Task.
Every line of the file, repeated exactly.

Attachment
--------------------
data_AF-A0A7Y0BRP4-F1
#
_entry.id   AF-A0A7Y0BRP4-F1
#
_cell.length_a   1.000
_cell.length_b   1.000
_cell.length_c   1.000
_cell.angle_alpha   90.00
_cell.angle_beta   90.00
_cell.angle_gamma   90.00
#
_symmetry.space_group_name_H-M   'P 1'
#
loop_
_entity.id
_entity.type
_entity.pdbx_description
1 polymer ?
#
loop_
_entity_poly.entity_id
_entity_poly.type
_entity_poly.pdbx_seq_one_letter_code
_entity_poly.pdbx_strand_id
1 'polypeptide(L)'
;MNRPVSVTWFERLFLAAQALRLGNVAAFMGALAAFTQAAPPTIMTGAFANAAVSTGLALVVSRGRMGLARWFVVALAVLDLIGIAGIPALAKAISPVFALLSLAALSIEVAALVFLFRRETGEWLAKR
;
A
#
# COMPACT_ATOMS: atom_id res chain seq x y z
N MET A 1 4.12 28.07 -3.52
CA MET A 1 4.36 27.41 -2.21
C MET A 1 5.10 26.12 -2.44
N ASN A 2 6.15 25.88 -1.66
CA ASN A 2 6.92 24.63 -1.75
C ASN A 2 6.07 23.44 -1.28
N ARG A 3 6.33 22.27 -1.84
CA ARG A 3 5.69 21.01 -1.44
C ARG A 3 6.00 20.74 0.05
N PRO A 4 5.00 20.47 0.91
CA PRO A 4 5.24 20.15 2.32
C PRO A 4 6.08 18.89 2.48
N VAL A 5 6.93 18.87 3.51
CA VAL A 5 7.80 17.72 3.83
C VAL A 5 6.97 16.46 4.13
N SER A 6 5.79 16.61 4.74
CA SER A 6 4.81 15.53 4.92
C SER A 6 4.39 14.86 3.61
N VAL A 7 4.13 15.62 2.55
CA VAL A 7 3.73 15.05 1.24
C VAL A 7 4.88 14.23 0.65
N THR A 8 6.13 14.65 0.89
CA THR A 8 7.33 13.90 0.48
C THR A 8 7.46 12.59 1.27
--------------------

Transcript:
data_AF-A0A7Y0BRP4-F1
#
_entry.id   AF-A0A7Y0BRP4-F1
#
_cell.length_a   1.000
_cell.length_b   1.000
_cell.length_c   1.000
_cell.angle_alpha   90.00
_cell.angle_beta   90.00
_cell.angle_gamma   90.00
#
_symmetry.space_group_name_H-M   'P 1'
#
loop_
_entity.id
_entity.type
_entity.pdbx_description
1 polymer ?
#
loop_
_entity_poly.entity_id
_entity_poly.type
_entity_poly.pdbx_seq_one_letter_code
_entity_poly.pdbx_strand_id
1 'polypeptide(L)'
;MNRPVSVTWFERLFLAAQALRLGNVAAFMGALAAFTQAAPPTIMTGAFANAAVSTGLALVVSRGRMGLARWFVVALAVLDLIGIAGIPALAKAISPVFALLSLAALSIEVAALVFLFRRETGEWLAKR
;
A
#
# COMPACT_ATOMS: atom_id res chain seq x y z
N MET A 1 4.12 28.07 -3.52
CA MET A 1 4.36 27.41 -2.21
C MET A 1 5.10 26.12 -2.44
N ASN A 2 6.15 25.88 -1.66
CA ASN A 2 6.92 24.63 -1.75
C ASN A 2 6.07 23.44 -1.28
N ARG A 3 6.33 22.27 -1.84
CA ARG A 3 5.69 21.01 -1.44
C ARG A 3 6.00 20.74 0.05
N PRO A 4 5.00 20.47 0.91
CA PRO A 4 5.24 20.15 2.32
C PRO A 4 6.08 18.89 2.48
N VAL A 5 6.93 18.87 3.51
CA VAL A 5 7.80 17.72 3.83
C VAL A 5 6.97 16.46 4.13
N SER A 6 5.79 16.61 4.74
CA SER A 6 4.81 15.53 4.92
C SER A 6 4.39 14.86 3.61
N VAL A 7 4.13 15.62 2.55
CA VAL A 7 3.73 15.05 1.24
C VAL A 7 4.88 14.23 0.65
N THR A 8 6.13 14.65 0.89
CA THR A 8 7.33 13.90 0.48
C THR A 8 7.46 12.59 1.27